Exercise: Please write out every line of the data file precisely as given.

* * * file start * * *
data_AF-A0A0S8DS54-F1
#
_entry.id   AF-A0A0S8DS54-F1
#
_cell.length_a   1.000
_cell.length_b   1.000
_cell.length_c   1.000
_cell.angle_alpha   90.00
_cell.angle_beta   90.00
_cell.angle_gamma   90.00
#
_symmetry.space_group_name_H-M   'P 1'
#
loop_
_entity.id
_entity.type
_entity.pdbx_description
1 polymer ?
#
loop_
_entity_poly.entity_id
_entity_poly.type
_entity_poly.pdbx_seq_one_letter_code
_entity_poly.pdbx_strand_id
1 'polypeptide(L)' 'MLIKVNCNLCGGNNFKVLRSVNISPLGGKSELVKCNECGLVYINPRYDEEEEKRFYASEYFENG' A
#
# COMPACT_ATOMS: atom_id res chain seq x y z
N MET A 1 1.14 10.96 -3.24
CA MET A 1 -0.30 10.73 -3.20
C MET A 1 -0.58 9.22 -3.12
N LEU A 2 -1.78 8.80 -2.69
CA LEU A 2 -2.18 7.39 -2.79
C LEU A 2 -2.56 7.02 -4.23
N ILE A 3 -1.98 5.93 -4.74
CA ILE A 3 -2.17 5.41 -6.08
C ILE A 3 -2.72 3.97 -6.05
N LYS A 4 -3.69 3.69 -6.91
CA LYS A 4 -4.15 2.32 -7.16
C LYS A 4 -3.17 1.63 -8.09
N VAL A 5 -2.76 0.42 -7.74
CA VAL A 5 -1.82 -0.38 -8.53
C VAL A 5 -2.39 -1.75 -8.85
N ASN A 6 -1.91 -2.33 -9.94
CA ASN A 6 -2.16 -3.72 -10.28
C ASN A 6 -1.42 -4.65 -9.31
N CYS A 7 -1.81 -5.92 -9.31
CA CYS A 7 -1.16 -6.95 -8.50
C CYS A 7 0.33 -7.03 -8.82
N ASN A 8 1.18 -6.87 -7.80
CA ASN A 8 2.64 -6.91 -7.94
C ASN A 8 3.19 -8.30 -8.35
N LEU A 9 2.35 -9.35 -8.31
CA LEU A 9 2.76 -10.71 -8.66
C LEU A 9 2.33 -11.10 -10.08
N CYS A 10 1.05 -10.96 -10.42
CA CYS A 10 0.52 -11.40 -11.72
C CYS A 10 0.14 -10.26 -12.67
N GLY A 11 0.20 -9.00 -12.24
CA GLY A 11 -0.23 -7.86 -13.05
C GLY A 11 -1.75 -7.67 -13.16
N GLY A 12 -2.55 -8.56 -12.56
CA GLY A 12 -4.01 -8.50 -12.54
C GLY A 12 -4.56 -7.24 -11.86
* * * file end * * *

data_AF-A0A0S8DS54-F1
#
_entry.id   AF-A0A0S8DS54-F1
#
_cell.length_a   1.000
_cell.length_b   1.000
_cell.length_c   1.000
_cell.angle_alpha   90.00
_cell.angle_beta   90.00
_cell.angle_gamma   90.00
#
_symmetry.space_group_name_H-M   'P 1'
#
loop_
_entity.id
_entity.type
_entity.pdbx_description
1 polymer ?
#
loop_
_entity_poly.entity_id
_entity_poly.type
_entity_poly.pdbx_seq_one_letter_code
_entity_poly.pdbx_strand_id
1 'polypeptide(L)' 'MLIKVNCNLCGGNNFKVLRSVNISPLGGKSELVKCNECGLVYINPRYDEEEEKRFYASEYFENG' A
#
# COMPACT_ATOMS: atom_id res chain seq x y z
N MET A 1 1.14 10.96 -3.24
CA MET A 1 -0.30 10.73 -3.20
C MET A 1 -0.58 9.22 -3.12
N LEU A 2 -1.78 8.80 -2.69
CA LEU A 2 -2.18 7.39 -2.79
C LEU A 2 -2.56 7.02 -4.23
N ILE A 3 -1.98 5.93 -4.74
CA ILE A 3 -2.17 5.41 -6.08
C ILE A 3 -2.72 3.97 -6.05
N LYS A 4 -3.69 3.69 -6.91
CA LYS A 4 -4.15 2.32 -7.16
C LYS A 4 -3.17 1.63 -8.09
N VAL A 5 -2.76 0.42 -7.74
CA VAL A 5 -1.82 -0.38 -8.53
C VAL A 5 -2.39 -1.75 -8.85
N ASN A 6 -1.91 -2.33 -9.94
CA ASN A 6 -2.16 -3.72 -10.28
C ASN A 6 -1.42 -4.65 -9.31
N CYS A 7 -1.81 -5.92 -9.31
CA CYS A 7 -1.16 -6.95 -8.50
C CYS A 7 0.33 -7.03 -8.82
N ASN A 8 1.18 -6.87 -7.80
CA ASN A 8 2.64 -6.91 -7.94
C ASN A 8 3.19 -8.30 -8.35
N LEU A 9 2.35 -9.35 -8.31
CA LEU A 9 2.76 -10.71 -8.66
C LEU A 9 2.33 -11.10 -10.08
N CYS A 10 1.05 -10.96 -10.42
CA CYS A 10 0.52 -11.40 -11.72
C CYS A 10 0.14 -10.26 -12.67
N GLY A 11 0.20 -9.00 -12.24
CA GLY A 11 -0.23 -7.86 -13.05
C GLY A 11 -1.75 -7.67 -13.16
N GLY A 12 -2.55 -8.56 -12.56
CA GLY A 12 -4.01 -8.50 -12.54
C GLY A 12 -4.56 -7.24 -11.86